For the second consecutive Olympic Games Team Jamaica will be represented by two athletes in the Women’s Triple Jump. Back in 2012, Trecia Kaye Smith and Kimberley Williams both advanced to the finals. The younger Williams finished 6th in her first major final. The veteran Smith who has the distinction of being Jamaica’s only field events athlete to win a Gold medal at a senior global championships was 7th.
Williams, who has been a fixture on the international scene for the past 5 years returns and is accompanied by the much improved Shanieka Ricketts (formerly Thomas), a finalist in the event at the 2015 Beijing World Championships. Rickets, though somewhat inconsistent is the higher ranked of the two in 2016, with her PB 14.57m making her the 6th best in the world. Williams is ranked a centimetre (14.56m) and a spot below in 7th.
Both triple jumpers have been exuding confidence and should make the finals if reporting anywhere near their best. The 28 year old Williams, the former Vere Technical High School standout has made the finals at the every major championship since 2012 and narrowly missed out on the Bronze medal at the Moscow World Championships in 2013. She is also the 2014 Commonwealth Games champion.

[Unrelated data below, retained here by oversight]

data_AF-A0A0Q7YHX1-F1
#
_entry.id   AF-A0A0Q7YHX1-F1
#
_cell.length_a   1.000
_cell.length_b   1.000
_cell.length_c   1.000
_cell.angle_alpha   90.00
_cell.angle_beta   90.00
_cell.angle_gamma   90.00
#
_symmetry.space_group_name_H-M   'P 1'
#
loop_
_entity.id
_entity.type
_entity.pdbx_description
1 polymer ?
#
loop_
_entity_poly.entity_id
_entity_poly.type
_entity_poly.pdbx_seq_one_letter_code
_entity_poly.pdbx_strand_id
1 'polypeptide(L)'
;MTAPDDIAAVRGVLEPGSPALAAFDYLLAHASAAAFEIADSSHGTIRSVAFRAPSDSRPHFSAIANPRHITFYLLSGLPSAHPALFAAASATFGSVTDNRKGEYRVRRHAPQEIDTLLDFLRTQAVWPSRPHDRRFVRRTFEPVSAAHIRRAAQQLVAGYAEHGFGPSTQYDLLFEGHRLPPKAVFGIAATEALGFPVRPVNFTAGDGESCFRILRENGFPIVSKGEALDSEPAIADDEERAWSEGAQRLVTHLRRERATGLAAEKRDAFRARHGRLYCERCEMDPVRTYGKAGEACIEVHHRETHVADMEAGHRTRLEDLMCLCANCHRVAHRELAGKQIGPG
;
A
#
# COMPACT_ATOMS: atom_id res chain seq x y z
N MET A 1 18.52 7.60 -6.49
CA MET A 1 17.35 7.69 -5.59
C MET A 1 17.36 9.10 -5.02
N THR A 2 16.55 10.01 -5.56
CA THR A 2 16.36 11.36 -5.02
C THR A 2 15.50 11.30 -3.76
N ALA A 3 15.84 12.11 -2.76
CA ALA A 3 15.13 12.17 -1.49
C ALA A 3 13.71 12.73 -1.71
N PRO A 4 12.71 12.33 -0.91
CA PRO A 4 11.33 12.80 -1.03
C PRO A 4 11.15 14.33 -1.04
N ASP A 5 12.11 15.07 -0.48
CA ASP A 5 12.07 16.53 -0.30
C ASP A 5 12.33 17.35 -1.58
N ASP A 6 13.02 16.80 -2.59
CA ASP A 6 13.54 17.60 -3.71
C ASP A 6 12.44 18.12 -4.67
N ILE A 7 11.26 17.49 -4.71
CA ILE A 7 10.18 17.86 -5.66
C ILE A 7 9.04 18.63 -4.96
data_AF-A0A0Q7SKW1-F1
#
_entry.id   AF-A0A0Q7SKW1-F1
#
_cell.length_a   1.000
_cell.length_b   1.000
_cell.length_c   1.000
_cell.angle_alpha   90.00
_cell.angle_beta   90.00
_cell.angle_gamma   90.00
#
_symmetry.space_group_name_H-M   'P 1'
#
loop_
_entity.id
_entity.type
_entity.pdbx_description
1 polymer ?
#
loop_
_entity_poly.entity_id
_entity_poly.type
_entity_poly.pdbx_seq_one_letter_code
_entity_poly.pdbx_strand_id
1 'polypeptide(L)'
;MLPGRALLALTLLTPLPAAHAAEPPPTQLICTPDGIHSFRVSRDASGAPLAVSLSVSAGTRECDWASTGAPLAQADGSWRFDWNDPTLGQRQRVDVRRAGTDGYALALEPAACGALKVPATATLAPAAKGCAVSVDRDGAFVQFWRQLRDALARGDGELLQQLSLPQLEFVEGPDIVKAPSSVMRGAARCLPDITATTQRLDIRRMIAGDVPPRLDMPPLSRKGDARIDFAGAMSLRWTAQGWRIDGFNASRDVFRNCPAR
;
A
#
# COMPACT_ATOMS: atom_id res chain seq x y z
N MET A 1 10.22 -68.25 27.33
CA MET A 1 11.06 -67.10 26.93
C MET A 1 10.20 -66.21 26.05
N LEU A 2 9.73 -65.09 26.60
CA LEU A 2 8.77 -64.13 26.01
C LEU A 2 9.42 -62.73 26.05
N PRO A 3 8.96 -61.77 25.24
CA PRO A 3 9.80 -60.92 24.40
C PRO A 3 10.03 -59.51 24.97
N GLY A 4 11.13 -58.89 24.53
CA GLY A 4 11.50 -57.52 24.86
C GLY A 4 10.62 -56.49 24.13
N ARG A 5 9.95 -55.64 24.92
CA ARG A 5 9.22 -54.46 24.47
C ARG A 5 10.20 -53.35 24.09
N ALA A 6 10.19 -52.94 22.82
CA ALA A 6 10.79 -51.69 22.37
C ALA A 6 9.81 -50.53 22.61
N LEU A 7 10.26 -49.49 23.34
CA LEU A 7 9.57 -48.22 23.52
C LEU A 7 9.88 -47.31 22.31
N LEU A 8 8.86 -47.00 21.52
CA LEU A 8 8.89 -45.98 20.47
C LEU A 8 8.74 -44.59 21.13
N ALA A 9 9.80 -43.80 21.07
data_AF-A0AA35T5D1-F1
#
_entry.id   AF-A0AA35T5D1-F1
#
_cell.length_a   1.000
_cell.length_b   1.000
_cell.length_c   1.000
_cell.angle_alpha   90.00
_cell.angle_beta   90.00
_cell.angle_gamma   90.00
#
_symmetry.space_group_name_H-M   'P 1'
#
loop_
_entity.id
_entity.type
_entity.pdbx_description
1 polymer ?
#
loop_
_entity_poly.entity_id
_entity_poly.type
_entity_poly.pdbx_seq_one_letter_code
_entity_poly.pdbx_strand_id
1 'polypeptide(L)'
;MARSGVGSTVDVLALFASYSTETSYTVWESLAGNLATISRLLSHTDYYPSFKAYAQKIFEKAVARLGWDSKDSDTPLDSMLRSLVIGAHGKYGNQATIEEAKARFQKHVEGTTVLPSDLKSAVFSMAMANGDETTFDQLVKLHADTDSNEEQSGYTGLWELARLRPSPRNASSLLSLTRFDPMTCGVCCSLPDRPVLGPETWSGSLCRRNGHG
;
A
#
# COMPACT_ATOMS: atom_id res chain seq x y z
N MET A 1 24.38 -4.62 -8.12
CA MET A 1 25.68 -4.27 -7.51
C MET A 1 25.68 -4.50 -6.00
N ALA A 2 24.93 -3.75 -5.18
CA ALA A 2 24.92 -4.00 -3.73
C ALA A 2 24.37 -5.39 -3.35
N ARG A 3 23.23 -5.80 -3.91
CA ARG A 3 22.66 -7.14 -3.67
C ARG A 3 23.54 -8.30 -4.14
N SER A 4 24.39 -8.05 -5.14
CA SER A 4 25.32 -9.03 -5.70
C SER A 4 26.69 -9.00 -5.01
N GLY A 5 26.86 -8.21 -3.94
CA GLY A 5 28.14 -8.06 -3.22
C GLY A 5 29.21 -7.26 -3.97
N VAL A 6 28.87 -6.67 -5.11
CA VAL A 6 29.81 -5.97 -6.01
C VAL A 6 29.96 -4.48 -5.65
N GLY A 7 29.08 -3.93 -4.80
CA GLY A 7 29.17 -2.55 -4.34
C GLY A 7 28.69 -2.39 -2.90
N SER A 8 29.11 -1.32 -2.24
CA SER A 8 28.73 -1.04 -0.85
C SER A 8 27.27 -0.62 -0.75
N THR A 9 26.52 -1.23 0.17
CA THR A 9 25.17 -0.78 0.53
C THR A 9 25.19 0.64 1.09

Jamaica’s best finish in the event at the Olympics was Smith’s 4th place effort (15.02m) at the 2004 Games in Athens. Both representatives in Rio have the capacity to challenge for a place in the top four but may have to produce career best efforts to grab a podium spot. Colombia’s Caterine Ibarguen is regarded as the ‘rock star’ of the event and was unbeaten in 30+ finals until being beaten in Birmingham earlier in the summer.
Ibarguen has won the last two world championships and is fancied to improve on her 2nd place at the London Olympics. Her world leading 15.04m makes her one of only two athletes to have gone over 15.00m, the other being the exciting 20 year old Venezuelan Yulimar Rojas (15.02m). Others such as Paraskevi Papahristou of Greece (14.72m), Olga Rypakova of Kazakhstan (14.61m), Patricia Mamona of Portugal (14.58) and Cuban Liadagmis Povea (14.56m) could be serious obstacles in the Jamaicans quest for Olympic glory.